What is resurrection? It seems like a simple enough question, but it’s worth asking. I was struck again this past weekend by the almost singular meaning resurrection has for most people—the empty tomb. Of course I believe in the actual, bodily resurrection of Jesus Christ, but resurrection is so much more.
We should hear the word resurrection, not as a singular trumpet blast, but as a full-scale Wagner opera. There is just so much going on here.
I’m thinking of verses like Acts 13:33, 1 Peter 1:3, or 1 Corinthians 15:45. These verses present the intrinsic, inner-workings of resurrection in God’s eternal purpose.
- “…You are My Son; this day have I begotten You.”
- “….who according to His great mercy has regenerated us unto a living hope through the resurrection of Jesus Christ from the dead.”
- “…the last Adam became a life-giving Spirit.”
The action in these three verses (begotten, regenerated, became) is dynamic and amounts to a fulfillment of God’s eternal purpose.
These verses show that without resurrection, not only would we still be in our sins (1 Cor. 15:17), but there would be no Head of the Body of Christ, no members of the Body of Christ, and no essence of the Body of Christ. Resurrection produces the Body of Christ, in total.
I’m always a little shocked how much people love John 15:15, “No longer do I call you slaves, for the slave does not know what his master is doing; but I have called you friends…” As great as it is to be a friend of Jesus, through His resurrection we have become His brothers! John 20:17 says, “Go to My brothers and say to them, I ascend to My Father and your Father.” This is the first time Jesus ever calls His disciples brothers, and it is because of what happened in His resurrection—the divine life was imparted into them.
Clearly, something more than an empty tomb is going on here.
As a guy, it’s pretty easy for me to be content with doctrinal rigor, clear-cut facts, and logical arguments. “Let’s see. Rolled away stone, folded handkerchief, missing body of Jesus… yes indeed He is risen.” Mary, however, was seeking, not resurrection as an event, but as a Person. When Peter and John ran off, she lingered. She got Mr. Resurrection Himself and the monumental revelation of what had happened. Jesus appears in the freshness of His resurrection to His lovers. It’s the same today.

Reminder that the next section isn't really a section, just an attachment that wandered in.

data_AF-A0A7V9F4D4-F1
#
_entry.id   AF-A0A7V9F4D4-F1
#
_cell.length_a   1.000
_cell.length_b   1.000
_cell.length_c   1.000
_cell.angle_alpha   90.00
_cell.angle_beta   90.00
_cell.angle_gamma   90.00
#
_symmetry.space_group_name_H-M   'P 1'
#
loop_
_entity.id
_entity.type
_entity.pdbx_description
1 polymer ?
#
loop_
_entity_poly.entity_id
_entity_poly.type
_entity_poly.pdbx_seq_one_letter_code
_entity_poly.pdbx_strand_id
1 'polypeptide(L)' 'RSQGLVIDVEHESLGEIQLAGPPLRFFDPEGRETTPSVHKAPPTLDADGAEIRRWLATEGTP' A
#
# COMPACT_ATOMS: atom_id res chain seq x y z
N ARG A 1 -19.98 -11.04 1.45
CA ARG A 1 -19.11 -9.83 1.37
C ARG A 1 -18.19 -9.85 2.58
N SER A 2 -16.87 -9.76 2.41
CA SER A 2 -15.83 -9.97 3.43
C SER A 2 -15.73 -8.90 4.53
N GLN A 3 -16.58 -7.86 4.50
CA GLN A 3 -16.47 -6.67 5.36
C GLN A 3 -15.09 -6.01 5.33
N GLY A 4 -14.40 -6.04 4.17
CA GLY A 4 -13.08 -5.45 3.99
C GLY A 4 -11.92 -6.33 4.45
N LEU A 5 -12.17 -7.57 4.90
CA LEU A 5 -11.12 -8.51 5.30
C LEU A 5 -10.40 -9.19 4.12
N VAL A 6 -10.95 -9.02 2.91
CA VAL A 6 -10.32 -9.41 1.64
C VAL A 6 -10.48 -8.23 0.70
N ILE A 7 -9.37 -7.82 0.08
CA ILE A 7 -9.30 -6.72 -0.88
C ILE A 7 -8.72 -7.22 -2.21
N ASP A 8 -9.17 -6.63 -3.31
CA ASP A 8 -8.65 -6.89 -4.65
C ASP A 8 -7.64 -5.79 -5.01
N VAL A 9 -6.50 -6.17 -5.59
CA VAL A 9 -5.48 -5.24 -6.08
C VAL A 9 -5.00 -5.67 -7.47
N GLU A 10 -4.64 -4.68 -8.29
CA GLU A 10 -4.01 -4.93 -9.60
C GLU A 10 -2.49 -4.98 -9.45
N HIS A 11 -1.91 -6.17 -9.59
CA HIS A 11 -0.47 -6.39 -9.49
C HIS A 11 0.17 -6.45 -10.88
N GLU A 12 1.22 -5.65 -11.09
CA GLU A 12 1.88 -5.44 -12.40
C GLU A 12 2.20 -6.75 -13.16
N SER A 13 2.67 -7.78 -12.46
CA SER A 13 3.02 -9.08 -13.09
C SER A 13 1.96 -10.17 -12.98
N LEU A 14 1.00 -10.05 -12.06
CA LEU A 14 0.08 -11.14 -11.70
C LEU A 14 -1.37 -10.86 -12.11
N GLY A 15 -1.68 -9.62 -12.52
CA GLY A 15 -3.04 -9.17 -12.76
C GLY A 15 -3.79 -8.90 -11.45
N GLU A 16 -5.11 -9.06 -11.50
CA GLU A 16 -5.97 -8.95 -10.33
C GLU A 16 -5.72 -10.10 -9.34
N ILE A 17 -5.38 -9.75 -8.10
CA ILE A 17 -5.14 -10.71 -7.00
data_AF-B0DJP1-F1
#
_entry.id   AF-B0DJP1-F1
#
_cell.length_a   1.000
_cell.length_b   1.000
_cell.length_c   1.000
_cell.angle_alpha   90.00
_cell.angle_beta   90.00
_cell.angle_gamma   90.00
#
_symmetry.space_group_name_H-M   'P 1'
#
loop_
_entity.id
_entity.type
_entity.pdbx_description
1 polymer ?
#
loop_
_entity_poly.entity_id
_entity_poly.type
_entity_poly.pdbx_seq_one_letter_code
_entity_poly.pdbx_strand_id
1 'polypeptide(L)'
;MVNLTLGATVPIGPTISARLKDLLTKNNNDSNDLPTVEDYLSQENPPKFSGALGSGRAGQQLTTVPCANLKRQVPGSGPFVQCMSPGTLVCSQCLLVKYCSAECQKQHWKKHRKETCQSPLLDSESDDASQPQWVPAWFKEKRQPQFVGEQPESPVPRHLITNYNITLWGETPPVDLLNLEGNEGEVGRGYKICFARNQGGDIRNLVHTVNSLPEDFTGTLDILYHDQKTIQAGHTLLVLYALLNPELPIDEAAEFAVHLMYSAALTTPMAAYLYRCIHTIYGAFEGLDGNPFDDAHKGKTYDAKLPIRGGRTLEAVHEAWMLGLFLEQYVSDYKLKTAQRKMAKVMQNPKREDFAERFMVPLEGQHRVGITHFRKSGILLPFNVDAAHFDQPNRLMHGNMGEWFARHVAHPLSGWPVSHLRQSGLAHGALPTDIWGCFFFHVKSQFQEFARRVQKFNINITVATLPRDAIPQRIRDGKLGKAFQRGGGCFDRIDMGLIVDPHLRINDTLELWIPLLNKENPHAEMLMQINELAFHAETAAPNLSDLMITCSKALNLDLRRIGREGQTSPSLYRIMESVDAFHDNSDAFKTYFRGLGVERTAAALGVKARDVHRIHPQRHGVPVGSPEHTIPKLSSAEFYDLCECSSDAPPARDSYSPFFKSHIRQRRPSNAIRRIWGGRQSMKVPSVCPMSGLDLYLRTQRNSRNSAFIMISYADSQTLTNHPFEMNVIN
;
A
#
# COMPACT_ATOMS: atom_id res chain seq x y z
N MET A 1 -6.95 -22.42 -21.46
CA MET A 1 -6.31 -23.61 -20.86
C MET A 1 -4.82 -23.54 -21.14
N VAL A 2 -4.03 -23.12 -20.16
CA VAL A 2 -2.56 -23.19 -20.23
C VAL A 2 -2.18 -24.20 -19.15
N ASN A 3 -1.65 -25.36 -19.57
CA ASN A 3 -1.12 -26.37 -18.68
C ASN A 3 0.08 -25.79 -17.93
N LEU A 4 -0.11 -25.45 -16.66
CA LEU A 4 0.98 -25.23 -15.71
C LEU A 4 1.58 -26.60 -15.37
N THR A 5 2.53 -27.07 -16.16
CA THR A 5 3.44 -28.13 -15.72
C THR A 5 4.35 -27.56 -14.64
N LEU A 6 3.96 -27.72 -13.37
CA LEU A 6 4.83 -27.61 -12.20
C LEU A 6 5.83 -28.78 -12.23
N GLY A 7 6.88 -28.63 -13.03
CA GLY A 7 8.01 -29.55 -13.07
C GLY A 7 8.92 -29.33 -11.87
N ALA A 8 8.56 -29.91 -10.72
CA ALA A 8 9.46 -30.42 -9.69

The incident in John 20 caused me to ask whether I care for the facts of an empty tomb or for securing a personal touch with the resurrected Lord Himself.
Yes the tomb is empty, but this is hardly the gamut of revelation presented in the New Testament. Actually, in the entire Bible there is movement toward resurrection, from Genesis 1:9 to Revelation 21:17. It is one of the dominant themes that ties the entire Bible together.
You can easily remember the basics of resurrection by remembering these 6 ‘p’ words.
A past event
“For I delivered to you, first of all, that which also I received, that Christ died for our sins according to the Scriptures; and that He was buried, and that He has been raised on the third day according to the Scriptures.” –1 Cor. 15:3-4
A promise for the future
“Do not marvel at this, for an hour is coming in which all in the tombs will hear His voice and will come forth: those who have done good, to the resurrection of life; and those who have practiced evil, to the resurrection of judgment.” –John 5:28-29
A present process
“Always bearing about in the body the putting to death of Jesus that the life of Jesus also may be manifested in our body. For we who are alive are always being delivered unto death for Jesus’ sake that the life of Jesus also may be manifested in our mortal flesh. So then death operates in us, but life in you… knowing that He who raised the Lord Jesus will raise us also with Jesus and will make us stand before Him with you… Therefore we do not lose heart; but though our outer man is decaying, yet our inner man is being renewed day by day.” –2 Cor. 4:10-12, 14, 16
“But the spiritual is not first but the soulish, then the spiritual.” –1 Cor. 15:46
“Indeed we ourselves had the response of death in ourselves, that we should not base our confidence on ourselves but on God, who raises the dead.” –2 Cor. 1:9
“To know Him and the power of His resurrection and the fellowship of His sufferings, being conformed to His death.” –Phil. 3:10
“Jesus said to her, I am the resurrection and the life; he who believes into Me, even if he should die, shall live.” –John 11:25